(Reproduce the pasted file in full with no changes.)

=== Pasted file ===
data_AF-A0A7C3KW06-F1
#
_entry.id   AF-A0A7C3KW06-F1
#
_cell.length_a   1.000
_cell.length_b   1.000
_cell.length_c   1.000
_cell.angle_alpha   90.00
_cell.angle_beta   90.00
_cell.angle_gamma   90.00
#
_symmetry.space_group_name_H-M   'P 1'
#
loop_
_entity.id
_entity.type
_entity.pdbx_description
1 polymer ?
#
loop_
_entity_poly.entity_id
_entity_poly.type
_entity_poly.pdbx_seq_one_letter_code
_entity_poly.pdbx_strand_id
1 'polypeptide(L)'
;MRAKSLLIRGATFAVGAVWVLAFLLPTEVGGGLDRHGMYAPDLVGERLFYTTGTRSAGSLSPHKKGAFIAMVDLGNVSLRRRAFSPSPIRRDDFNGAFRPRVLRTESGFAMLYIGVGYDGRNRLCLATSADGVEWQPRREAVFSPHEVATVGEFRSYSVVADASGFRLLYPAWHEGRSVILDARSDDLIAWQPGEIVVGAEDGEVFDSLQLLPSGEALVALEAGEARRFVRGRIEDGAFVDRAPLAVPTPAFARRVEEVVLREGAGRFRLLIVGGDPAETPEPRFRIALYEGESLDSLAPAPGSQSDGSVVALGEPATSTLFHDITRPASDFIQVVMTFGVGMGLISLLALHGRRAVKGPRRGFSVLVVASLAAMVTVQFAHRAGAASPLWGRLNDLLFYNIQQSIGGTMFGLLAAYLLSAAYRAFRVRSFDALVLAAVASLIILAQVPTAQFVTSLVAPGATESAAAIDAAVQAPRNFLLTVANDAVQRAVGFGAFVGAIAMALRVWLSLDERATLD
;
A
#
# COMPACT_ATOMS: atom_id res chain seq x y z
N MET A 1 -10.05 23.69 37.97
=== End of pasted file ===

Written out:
data_AF-A0A7C3KW06-F1
#
_entry.id   AF-A0A7C3KW06-F1
#
_cell.length_a   1.000
_cell.length_b   1.000
_cell.length_c   1.000
_cell.angle_alpha   90.00
_cell.angle_beta   90.00
_cell.angle_gamma   90.00
#
_symmetry.space_group_name_H-M   'P 1'
#
loop_
_entity.id
_entity.type
_entity.pdbx_description
1 polymer ?
#
loop_
_entity_poly.entity_id
_entity_poly.type
_entity_poly.pdbx_seq_one_letter_code
_entity_poly.pdbx_strand_id
1 'polypeptide(L)'
;MRAKSLLIRGATFAVGAVWVLAFLLPTEVGGGLDRHGMYAPDLVGERLFYTTGTRSAGSLSPHKKGAFIAMVDLGNVSLRRRAFSPSPIRRDDFNGAFRPRVLRTESGFAMLYIGVGYDGRNRLCLATSADGVEWQPRREAVFSPHEVATVGEFRSYSVVADASGFRLLYPAWHEGRSVILDARSDDLIAWQPGEIVVGAEDGEVFDSLQLLPSGEALVALEAGEARRFVRGRIEDGAFVDRAPLAVPTPAFARRVEEVVLREGAGRFRLLIVGGDPAETPEPRFRIALYEGESLDSLAPAPGSQSDGSVVALGEPATSTLFHDITRPASDFIQVVMTFGVGMGLISLLALHGRRAVKGPRRGFSVLVVASLAAMVTVQFAHRAGAASPLWGRLNDLLFYNIQQSIGGTMFGLLAAYLLSAAYRAFRVRSFDALVLAAVASLIILAQVPTAQFVTSLVAPGATESAAAIDAAVQAPRNFLLTVANDAVQRAVGFGAFVGAIAMALRVWLSLDERATLD
;
A
#
# COMPACT_ATOMS: atom_id res chain seq x y z
N MET A 1 -10.05 23.69 37.97